Thank Goodness For Modern Medicine, Part Two

As you’re reading this or at least at the time it posts itself, I’m at the dentist. I will come home from this excursion with a headache from hell. I always do. I don’t know why, but it’s been happening as far back as I can remember. Perhaps one of these old medical treatments Gill found might help.

From whirling chairs and sugar comas to half mice and patent medicine here are some medical treatments from the past that will shock you.

  • 1 Whirling chairs and sugar comas – These supposed treatments were supposed to help mentally ill people. The whirling chair circa 1850 spun the victim, I mean patient at a high rate of speed in order to settle the madness. Inducing sugar comas was believed to cure personality disorders.
  • 2 Tobacco enemas – are you curious on how the saying blowing smoke up someone’s behind came to be? In 1774 two British physicians figured they could cure drowning victims with a rubber hose inserted rectally. This supposed treatment worked on the idea that pumping tobacco where the sun doesn’t go would revive someone at the point of death. They were proved wrong in 1811 when scientists started drawing links between lung and heart issues and tobacco.
  • 3 Patent Medicine – Do you feel tired, does your wife have the vapors, your newborn babe not take the breast easily, or do you have the lumbago? Well gather round and buy Dr. Carswell’s Miracle Potion! It cures everything from hemorrhoids to insomnia. Throughout the 19th century people in traveling medicine shows would sell these supposed treatments. Most of the time they would do nothing or make the issue worse, and shortly after the dawn of the 20th century the products were deemed useless or even dangerous.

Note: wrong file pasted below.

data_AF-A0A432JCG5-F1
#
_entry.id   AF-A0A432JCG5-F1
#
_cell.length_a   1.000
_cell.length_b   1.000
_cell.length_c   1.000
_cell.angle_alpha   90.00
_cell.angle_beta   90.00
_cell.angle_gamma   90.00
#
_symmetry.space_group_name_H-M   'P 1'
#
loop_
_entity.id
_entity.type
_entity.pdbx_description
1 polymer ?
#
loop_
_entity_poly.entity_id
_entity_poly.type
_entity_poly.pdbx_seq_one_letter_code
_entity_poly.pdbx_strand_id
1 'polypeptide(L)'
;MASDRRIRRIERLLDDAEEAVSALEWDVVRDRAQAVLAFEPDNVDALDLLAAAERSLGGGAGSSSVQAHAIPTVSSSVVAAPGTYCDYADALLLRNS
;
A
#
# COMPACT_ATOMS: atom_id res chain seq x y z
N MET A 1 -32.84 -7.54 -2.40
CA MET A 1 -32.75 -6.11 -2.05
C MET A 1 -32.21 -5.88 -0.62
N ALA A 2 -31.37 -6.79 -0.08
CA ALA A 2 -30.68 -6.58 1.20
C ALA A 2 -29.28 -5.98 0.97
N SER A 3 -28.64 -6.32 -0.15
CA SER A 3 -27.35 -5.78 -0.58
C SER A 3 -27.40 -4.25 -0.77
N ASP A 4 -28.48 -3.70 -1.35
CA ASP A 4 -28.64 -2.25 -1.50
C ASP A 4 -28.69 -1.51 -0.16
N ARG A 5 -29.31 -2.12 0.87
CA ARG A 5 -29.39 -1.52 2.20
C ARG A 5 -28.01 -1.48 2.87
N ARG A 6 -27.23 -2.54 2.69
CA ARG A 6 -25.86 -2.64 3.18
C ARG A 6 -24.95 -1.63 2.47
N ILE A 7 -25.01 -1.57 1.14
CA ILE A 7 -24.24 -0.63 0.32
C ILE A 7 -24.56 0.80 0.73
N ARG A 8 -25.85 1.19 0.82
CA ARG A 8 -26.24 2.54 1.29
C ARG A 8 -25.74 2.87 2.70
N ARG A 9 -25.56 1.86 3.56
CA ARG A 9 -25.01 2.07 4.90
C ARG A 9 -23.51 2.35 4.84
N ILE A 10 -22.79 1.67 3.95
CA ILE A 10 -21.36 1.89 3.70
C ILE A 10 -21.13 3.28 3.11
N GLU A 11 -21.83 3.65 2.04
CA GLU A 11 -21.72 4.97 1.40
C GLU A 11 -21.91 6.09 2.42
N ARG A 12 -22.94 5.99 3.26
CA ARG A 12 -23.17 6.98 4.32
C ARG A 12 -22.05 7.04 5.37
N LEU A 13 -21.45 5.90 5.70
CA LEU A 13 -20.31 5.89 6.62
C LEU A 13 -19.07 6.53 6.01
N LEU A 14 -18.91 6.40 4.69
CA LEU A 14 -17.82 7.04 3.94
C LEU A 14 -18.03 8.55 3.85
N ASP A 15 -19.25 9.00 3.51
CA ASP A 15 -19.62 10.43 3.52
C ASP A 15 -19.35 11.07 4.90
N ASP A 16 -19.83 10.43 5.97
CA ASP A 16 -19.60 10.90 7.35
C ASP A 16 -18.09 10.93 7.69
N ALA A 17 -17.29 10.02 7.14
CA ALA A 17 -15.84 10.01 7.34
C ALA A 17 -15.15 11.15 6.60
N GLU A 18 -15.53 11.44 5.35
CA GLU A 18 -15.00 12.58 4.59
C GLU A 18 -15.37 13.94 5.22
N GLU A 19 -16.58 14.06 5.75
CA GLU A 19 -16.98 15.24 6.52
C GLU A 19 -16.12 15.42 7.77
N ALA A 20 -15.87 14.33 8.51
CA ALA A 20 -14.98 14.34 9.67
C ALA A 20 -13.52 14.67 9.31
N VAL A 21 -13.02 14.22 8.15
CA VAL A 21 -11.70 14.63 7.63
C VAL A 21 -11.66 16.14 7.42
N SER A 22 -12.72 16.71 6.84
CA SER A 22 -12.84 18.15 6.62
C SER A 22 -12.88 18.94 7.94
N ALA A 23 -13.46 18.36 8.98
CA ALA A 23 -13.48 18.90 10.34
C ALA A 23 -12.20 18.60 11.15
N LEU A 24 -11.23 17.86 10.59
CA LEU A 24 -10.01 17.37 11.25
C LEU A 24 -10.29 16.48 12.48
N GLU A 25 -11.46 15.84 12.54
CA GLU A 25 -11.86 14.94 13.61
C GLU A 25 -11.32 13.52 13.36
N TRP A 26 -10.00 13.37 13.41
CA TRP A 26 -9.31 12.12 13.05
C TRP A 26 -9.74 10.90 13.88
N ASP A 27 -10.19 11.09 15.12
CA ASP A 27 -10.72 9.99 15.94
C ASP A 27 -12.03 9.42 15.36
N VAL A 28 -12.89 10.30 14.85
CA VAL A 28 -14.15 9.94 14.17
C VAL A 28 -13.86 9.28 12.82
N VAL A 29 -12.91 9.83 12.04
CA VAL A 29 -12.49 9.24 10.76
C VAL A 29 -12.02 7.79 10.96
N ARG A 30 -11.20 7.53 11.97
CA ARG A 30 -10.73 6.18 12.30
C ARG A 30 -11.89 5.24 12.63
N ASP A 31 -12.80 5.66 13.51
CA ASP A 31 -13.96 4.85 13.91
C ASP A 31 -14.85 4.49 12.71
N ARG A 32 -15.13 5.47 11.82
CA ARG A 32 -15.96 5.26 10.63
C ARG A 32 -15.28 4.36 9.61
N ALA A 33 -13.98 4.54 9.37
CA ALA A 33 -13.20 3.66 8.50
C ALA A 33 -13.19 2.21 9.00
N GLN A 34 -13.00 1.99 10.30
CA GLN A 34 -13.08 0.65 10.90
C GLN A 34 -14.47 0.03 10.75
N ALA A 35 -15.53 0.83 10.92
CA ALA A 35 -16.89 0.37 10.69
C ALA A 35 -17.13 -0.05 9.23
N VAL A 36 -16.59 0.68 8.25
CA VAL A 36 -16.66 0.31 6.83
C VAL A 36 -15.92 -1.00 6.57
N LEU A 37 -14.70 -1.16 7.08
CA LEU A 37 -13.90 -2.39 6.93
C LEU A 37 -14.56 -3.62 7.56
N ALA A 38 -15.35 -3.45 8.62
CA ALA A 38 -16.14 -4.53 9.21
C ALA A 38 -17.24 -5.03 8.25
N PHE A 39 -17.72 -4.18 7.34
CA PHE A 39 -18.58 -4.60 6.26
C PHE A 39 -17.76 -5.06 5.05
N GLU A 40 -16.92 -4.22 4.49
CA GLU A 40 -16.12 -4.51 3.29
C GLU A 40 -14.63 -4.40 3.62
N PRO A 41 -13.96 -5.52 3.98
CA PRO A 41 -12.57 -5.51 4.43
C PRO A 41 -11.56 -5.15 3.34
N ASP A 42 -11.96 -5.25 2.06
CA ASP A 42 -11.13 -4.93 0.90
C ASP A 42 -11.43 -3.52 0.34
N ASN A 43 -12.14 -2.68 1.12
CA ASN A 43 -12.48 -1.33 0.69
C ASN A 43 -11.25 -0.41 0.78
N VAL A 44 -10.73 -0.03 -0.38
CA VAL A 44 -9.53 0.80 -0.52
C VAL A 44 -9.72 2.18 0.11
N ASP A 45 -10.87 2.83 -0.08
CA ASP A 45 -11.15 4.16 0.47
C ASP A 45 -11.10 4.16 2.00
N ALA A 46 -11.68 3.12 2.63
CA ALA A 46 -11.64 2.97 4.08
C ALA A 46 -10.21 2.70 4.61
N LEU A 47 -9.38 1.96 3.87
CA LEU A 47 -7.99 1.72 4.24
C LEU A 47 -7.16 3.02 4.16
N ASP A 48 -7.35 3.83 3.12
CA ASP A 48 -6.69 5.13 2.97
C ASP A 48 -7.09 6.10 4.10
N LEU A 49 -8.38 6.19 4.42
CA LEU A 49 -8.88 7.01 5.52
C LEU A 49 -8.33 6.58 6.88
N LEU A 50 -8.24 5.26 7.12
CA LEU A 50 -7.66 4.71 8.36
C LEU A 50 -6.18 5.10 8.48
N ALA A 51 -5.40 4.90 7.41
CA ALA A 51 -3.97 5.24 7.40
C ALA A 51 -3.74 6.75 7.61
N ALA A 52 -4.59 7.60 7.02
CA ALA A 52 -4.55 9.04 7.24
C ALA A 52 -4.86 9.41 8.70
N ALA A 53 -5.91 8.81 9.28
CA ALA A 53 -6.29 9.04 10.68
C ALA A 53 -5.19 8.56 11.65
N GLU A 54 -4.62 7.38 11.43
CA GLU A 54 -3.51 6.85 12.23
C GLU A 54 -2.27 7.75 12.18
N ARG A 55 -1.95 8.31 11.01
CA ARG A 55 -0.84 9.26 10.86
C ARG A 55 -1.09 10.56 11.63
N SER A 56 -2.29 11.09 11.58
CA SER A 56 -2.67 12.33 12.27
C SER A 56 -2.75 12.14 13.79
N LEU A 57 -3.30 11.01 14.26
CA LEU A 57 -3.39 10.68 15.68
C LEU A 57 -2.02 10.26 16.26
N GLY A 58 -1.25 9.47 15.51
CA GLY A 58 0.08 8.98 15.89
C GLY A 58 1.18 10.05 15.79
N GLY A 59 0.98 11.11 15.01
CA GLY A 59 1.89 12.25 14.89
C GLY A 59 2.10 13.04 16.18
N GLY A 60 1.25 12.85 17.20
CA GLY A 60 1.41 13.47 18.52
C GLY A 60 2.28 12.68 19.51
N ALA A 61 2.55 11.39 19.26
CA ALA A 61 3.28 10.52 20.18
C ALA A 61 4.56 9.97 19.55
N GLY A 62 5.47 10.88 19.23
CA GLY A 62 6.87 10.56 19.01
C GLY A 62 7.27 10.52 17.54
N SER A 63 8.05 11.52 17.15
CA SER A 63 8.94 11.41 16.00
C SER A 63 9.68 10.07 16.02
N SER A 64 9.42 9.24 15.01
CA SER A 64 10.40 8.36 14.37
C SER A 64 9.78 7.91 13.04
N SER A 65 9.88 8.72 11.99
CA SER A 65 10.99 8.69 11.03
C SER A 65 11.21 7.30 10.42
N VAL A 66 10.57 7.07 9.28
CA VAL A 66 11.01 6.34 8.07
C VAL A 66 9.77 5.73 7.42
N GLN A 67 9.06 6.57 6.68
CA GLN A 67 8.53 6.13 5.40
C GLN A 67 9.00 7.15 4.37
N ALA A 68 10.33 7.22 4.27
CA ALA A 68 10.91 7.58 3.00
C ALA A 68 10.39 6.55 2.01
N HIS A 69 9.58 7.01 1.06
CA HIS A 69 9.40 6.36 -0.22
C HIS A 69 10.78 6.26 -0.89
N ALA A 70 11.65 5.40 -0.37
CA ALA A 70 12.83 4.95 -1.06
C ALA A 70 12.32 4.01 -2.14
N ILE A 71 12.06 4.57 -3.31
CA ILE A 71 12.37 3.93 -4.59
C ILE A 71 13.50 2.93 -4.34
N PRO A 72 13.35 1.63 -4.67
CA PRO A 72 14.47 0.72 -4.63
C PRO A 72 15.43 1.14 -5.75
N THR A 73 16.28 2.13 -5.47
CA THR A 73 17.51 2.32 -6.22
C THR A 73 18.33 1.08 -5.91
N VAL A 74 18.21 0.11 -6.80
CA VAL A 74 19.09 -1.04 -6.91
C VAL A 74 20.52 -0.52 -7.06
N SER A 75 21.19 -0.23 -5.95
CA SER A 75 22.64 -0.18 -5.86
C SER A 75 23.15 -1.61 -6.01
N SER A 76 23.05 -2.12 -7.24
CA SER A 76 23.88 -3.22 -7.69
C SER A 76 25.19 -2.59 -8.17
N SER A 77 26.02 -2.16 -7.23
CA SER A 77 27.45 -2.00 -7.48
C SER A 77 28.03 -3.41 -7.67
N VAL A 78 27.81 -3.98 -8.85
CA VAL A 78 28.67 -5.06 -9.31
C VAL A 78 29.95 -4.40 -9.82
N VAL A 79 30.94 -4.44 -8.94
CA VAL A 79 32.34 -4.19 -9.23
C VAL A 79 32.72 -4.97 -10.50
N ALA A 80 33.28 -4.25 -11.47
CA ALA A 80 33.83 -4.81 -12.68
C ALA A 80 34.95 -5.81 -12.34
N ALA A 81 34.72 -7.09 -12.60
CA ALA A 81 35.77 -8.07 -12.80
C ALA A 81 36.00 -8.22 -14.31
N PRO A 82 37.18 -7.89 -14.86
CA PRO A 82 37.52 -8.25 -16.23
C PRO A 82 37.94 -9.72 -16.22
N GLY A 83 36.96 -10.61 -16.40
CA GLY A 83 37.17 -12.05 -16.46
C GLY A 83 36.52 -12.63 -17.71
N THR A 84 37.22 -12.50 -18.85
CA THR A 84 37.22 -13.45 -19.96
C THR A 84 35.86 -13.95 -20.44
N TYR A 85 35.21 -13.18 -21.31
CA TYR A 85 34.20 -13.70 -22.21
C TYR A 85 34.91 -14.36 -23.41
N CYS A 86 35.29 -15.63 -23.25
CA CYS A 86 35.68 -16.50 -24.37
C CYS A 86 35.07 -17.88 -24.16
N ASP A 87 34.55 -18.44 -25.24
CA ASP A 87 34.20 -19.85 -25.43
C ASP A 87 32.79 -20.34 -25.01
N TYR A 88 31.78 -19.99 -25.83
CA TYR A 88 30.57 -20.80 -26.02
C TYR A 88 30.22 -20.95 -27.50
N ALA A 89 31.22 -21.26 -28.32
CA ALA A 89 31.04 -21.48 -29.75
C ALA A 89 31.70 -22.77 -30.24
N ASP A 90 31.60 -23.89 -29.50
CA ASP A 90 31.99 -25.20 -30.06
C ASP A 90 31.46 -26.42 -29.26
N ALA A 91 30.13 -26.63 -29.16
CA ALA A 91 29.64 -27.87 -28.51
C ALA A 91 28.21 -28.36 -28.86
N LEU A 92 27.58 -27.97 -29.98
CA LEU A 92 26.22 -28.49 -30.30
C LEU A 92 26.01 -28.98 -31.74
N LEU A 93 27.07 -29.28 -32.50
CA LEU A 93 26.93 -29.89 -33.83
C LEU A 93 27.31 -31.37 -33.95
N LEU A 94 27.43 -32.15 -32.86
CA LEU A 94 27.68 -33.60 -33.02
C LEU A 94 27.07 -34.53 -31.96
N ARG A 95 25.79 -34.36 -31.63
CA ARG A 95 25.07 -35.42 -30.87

• 4 Mercury – Now we know how dangerous this is, but many years ago people would use it to treat everything from cuts to sexually transmitted infections. American President Abraham Lincoln famously took blue pills laced with mercury until 1861 when he drew the link between violent outbursts and mercury.
  • 5 Half mice for warts – Back in the Elizabethan era if one wanted a cure for warts, no they didn’t reach for the W, they cut a mouse in half to treat the issue. Gross, I’ll just stick to the W.


Tell me of either an old wives tale, or outdated medical practice that has you curious.

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  1. Her talking about random medicines that may or may not work makes me think of the stuff in the book I read recently about plagues. There was actually a whole section devoted to frontal lobotomies and the main dude who promoted them. He had no idea whether it would fix your problem, but he had no objection to taking two ice picks to your head to see if maybe it would. And if it did, but caused other problems, oh well, and if it didn’t, oh well. Scariest of all was in the grand scheme of things, it wasn’t that long ago.

    1. So was he doing it in the name of experimentation on those that society really didn’t have a use for, because he was nuts or both?  Neither is a good option, by the way.  I’m just curious because it’s one of those things I really don’t know a whole lot about.

          1. And by breaks of course I mean brakes. Not sure what the hell I was doing there. Let’s go ahead and blame waking up at 3:30 this morning for basically no reason.

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